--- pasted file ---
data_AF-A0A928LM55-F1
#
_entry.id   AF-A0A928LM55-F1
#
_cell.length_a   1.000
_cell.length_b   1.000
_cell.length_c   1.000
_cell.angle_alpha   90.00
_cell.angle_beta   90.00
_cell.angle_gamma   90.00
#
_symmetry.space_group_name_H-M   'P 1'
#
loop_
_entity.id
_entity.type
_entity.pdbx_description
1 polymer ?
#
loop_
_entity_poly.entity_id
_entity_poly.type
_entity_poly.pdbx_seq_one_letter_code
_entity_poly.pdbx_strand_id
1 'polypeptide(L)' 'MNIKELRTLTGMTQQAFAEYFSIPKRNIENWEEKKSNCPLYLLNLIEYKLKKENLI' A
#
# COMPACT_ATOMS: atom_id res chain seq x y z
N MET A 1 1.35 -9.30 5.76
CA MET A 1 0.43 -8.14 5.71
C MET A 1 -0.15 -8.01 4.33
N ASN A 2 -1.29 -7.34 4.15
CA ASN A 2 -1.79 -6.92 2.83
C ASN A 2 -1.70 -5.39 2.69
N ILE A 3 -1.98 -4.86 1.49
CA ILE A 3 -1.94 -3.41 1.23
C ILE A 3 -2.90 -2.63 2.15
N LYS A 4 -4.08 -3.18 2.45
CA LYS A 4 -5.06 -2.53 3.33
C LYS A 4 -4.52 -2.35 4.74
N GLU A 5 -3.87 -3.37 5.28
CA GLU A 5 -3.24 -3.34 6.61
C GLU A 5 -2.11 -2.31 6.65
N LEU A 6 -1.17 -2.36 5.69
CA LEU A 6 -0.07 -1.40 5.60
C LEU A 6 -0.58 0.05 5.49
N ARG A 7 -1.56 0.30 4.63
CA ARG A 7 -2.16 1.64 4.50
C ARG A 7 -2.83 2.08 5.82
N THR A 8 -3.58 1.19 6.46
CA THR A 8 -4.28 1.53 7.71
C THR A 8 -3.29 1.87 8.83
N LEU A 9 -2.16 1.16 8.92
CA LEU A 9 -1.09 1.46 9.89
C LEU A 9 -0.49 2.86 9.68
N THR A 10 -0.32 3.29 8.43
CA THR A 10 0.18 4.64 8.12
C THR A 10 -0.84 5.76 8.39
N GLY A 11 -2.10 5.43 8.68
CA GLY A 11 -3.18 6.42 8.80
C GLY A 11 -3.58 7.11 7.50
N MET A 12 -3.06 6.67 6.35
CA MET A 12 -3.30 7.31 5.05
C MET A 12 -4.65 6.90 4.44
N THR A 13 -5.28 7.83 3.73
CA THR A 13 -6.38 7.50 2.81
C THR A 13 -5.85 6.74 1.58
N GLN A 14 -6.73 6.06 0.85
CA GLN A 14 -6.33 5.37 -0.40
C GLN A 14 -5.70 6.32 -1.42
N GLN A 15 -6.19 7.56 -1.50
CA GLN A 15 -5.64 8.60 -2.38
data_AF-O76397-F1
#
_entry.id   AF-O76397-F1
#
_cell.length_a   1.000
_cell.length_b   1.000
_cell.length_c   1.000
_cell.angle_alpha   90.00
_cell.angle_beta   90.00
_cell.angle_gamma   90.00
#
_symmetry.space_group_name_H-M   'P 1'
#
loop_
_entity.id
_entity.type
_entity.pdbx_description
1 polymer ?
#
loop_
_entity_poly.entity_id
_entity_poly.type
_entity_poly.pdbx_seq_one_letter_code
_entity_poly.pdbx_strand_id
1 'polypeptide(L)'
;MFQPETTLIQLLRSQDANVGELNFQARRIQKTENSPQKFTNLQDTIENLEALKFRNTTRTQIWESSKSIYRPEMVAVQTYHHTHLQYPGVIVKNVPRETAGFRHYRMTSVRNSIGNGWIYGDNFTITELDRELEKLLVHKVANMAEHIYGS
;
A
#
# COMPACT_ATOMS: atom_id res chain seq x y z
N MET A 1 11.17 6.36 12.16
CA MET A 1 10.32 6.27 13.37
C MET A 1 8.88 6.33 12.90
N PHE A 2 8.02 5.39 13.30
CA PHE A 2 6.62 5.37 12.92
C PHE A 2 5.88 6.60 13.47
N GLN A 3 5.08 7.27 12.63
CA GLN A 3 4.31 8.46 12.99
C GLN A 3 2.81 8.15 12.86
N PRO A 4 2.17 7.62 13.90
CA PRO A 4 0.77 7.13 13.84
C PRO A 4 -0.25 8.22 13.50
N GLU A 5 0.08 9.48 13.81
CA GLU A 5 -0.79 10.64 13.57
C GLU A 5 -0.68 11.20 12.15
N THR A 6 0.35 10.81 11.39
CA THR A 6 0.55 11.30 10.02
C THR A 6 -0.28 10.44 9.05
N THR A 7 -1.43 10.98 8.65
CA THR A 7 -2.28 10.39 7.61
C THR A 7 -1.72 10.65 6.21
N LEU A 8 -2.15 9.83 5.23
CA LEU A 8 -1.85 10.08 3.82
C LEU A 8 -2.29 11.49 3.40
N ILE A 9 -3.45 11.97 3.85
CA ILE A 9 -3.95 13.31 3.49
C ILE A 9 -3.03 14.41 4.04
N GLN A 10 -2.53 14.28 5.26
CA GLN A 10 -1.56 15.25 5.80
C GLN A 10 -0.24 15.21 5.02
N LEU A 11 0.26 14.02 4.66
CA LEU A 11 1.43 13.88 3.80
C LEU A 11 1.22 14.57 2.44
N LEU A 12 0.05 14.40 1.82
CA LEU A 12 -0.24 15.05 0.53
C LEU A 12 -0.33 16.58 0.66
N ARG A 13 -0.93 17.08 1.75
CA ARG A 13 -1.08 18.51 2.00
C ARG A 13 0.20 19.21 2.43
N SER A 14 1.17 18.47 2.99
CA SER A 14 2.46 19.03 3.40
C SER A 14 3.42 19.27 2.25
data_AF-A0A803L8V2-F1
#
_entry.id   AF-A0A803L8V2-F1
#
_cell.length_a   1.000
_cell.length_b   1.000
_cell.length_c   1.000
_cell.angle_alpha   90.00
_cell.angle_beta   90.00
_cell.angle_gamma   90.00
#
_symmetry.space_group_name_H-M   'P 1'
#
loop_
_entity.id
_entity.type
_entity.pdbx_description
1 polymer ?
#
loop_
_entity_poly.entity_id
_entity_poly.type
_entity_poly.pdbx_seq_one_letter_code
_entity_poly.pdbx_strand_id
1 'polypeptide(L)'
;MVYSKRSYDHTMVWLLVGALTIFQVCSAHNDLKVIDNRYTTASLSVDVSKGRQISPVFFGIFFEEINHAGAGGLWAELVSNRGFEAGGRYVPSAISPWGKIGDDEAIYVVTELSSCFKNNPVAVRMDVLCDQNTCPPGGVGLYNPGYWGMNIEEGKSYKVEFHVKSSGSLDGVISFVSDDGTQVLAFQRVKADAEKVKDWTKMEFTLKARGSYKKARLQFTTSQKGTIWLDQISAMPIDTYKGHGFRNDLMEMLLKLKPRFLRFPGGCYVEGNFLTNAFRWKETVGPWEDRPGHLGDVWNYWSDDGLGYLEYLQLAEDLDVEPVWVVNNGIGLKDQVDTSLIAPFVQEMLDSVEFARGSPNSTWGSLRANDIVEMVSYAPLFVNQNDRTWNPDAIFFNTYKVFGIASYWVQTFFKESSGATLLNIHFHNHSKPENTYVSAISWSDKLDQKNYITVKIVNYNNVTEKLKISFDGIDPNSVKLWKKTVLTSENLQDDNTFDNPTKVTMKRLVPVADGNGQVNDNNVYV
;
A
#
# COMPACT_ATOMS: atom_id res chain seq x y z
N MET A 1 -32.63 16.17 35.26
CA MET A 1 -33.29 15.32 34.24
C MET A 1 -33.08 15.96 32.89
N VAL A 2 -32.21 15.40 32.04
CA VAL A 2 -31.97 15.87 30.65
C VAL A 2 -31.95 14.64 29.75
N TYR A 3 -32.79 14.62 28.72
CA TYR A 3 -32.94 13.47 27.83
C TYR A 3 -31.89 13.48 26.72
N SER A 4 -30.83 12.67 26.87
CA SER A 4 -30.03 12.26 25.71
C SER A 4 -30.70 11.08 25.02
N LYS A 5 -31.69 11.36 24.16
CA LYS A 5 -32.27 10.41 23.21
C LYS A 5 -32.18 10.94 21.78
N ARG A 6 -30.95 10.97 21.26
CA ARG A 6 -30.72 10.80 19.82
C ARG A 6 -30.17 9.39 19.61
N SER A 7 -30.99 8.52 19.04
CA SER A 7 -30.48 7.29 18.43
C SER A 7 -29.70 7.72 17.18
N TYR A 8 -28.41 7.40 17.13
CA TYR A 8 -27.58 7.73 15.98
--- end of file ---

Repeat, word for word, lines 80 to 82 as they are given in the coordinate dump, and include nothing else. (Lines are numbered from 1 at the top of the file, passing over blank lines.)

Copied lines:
_cell.angle_beta   90.00
_cell.angle_gamma   90.00
#